Struck by a cold, I was off the bike for a week but, with my strength coming back, each of the past few days I’ve ridden out of town for a short, gentle ride towards the end of day. It’s a lovely way to spend an evening, enjoying the quiet lanes and lengthening shadows as the sun falls over Morecambe Bay.

Long shadow

Last night I left the house at 7:30 to do a little loop into the Forest of Bowland and up to Jubilee Tower. Lambs bounced round the fields, hares sprinted off at my approach, and birds busily prepared themselves for the coming night. Occasionally a farmer’s tractor or quad-bike trundled somewhere in the distance, but the lanes were empty of cars. I love the feeling of having all this countryside, all this space, virtually to myself; I sink into it, become blurred, am content.

Forest of Bowland

I hurtled back down to the quiet Sunday night city, passing the Town Hall clock as it chimed a-quarter-to-nine, some light left still in the sky. For the next two months each evening will grow a little longer, and hopefully warmer too. Isn’t this the very best time to be on a bike, the longest days and best weather still ahead? Our bodies turn with our pedals towards the optimism Spring surely brings.

Winter’s cold and dark tempts the closing of curtains and indoor retreat. Spring seduces us back to the world outside. The scope for cycling becomes so much greater. The traditional pro-cycling calendar reflects this – we’ve had the early season Classics and can now anticipate the Summer’s Grand Tours. Locally too Winter’s dormancy has retreated and the cycle racing season begun, the weeks now crowded with events.

Winter cycling is great, but includes a certain amount of ‘getting through’. Winter cycling matters, but there always lurks an orientation to brighter, better days ahead. Many people cycle only once it gets warmer, but surely no one cycles just in Winter.

We know how seasonal cycling is, how warm weather triggers the inclination to cycle. The bike shops get busy, new people on new or refurbished bikes are out and about. Of course we need to create conditions which compel people to cycle all year round, but in the absence of bolder, broader institutional support for ordinary cycling it’s understandable that most people’s interest in riding changes with the weather.

We’re ‘a cycling family’, but cycling is seasonal for us too. On Saturday morning I went with Bobby and Flo to our brilliant local children’s cycling club, Salt Ayre Cog Set, where weekly sessions have resumed. Both complained bitterly at being made to go; I was ‘the baddie’ breaking their winter hibernations in which lazy stasis inspired by staring at screens has taken centre-stage. But the sunshine, sociability, fresh air and exercise boosted their energies, and they came away bubbling with enthusiasm, as though participating had sprung Spring within their little souls.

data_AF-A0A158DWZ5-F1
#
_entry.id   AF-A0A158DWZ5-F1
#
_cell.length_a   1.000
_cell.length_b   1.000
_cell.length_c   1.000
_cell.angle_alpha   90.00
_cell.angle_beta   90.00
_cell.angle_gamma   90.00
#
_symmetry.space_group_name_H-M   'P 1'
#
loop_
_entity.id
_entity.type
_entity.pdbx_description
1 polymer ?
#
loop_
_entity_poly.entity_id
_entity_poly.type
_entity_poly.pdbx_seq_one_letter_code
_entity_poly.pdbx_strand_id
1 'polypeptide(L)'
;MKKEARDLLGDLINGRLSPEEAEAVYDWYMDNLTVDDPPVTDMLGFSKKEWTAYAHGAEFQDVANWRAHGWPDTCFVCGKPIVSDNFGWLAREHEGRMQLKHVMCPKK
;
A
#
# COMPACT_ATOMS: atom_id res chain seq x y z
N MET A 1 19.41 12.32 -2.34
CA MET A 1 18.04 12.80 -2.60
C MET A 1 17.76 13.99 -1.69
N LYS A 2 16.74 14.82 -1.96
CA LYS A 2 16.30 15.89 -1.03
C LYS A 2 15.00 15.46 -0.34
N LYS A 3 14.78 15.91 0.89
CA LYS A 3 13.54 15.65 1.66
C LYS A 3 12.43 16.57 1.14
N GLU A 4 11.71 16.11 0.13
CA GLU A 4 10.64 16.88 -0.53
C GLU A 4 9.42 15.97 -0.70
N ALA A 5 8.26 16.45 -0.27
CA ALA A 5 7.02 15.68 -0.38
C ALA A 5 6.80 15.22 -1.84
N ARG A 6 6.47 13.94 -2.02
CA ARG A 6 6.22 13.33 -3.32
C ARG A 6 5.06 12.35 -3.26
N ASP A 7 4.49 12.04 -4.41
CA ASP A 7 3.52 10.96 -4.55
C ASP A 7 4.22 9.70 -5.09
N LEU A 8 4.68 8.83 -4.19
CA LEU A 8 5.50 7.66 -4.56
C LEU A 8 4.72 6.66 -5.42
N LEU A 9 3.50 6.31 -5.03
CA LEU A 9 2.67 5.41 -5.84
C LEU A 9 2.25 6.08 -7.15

Springtime cycling is a mechanism for lifting our spirits and horizons, taking us to other, farther, more interesting places.

Of course for those of us who ride year round Spring feels good partly because of the Winter that came before, as well as the Summer that lies ahead. Contrasts are everything: even the places through which we most regularly ride change dramatically; and as the temperatures rise and the days lengthen cycling becomes less shackled by some Winter essentials: lights, layers, gloves and hats; things can gradually be discarded. There’s a ‘freeing-up’ both of cycling and our selves.

My little ride last night wasn’t cold, but we’ve yet to experience a truly warm evening this year. At long last, though, it’s feeling possible; the dreamy, delicious prospect of the after-dinner short-sleeve and shorts ride through warm and windless air has moved one step closer.

Springtime evening sunshine

Wind Power

January 26, 2013

Wind turbine

Wind farms and bicycles – two technologies appropriate to a sane, sustainable future. But more than that, they’re symbolic of that future; there are surely no objects better symbolising the age towards which we’re moving, too slowly, but surely. For me the aesthetics of technology is ethical. I love wind turbines like I love bicycles because they’re good, pointing in the right direction.

Bicycle and wind turbine

Of course I know both bicycles and wind farms are hugely, strangely controversial. They’re sometimes ridiculed, but it feels like both are gradually becoming accepted as necessary. And though not nearly enough, both are proliferating – wind turbines off our coasts and over our hills, and bicycles … well, where exactly? A Parliamentary Inquiry is currently investigating how to get Britain cycling. Pay attention to our London-centric media and you’d be forgiven for thinking we’re on the brink of ‘a cycling revolution’. Use of the bicycle is probably rising across some towns and cities, yet so slowly it’s barely a trickle.